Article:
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3 votes
Accepted

Can I place a modifier after a colon?

If you are writing a literary piece, you can do anything you want, as long as you are understood. It is indeed not idiomatic to separate the verb phrase from its modifier by a colon. However, your ...
fev's user avatar
  • 34.1k
1 vote
Accepted

What is the correct punctuation to use in this sentence?

A strong adaptation of the metered billing models by the leading Software-as-a-Service providers demonstrates the advantages that such billing models bring to all stakeholders of the service: the ...
Maverick's user avatar
  • 2,440
1 vote
Accepted

Is given by(:) <eqn>; acquires the form of(:) <eqn>

With of, the sense just runs on. There is no need to separate of from the equation with punctuation; even the new line is only needed to help typesetting (and perhaps to make the equation easier to ...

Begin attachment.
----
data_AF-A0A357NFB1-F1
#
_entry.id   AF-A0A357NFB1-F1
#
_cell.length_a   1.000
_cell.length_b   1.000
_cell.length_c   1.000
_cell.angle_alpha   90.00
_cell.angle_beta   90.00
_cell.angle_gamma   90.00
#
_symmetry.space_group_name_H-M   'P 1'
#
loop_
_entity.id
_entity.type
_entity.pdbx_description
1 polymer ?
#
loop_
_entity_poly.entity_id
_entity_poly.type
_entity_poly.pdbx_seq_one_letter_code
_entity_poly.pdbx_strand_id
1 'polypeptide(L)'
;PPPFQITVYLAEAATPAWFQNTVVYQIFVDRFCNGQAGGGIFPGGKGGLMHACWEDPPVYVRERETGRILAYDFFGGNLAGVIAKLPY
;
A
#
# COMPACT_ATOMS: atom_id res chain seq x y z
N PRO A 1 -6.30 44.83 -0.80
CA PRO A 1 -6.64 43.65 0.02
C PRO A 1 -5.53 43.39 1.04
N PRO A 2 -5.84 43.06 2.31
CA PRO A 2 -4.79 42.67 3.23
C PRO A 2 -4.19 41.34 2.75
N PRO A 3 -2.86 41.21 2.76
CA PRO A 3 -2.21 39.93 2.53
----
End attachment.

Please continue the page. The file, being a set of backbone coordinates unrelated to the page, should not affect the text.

Andrew Leach's user avatar
  • 102k
1 vote

Period vs. Colon?

I've helped students prepare for the SAT for over two decades and am very familiar with its writing section. Answer choice B is too "wordy", as "these include" is redundant. A ...
MarcInManhattan's user avatar
1 vote

A colon vs. A dash in a sentence

later known as Raytheon Manufacturing can be imagined as a reduced relative clause (warning: grammar terms vary) — reduced from which was later known as Raytheon Manufacturing: After World War I, ...
Tinfoil Hat's user avatar
  • 17.5k

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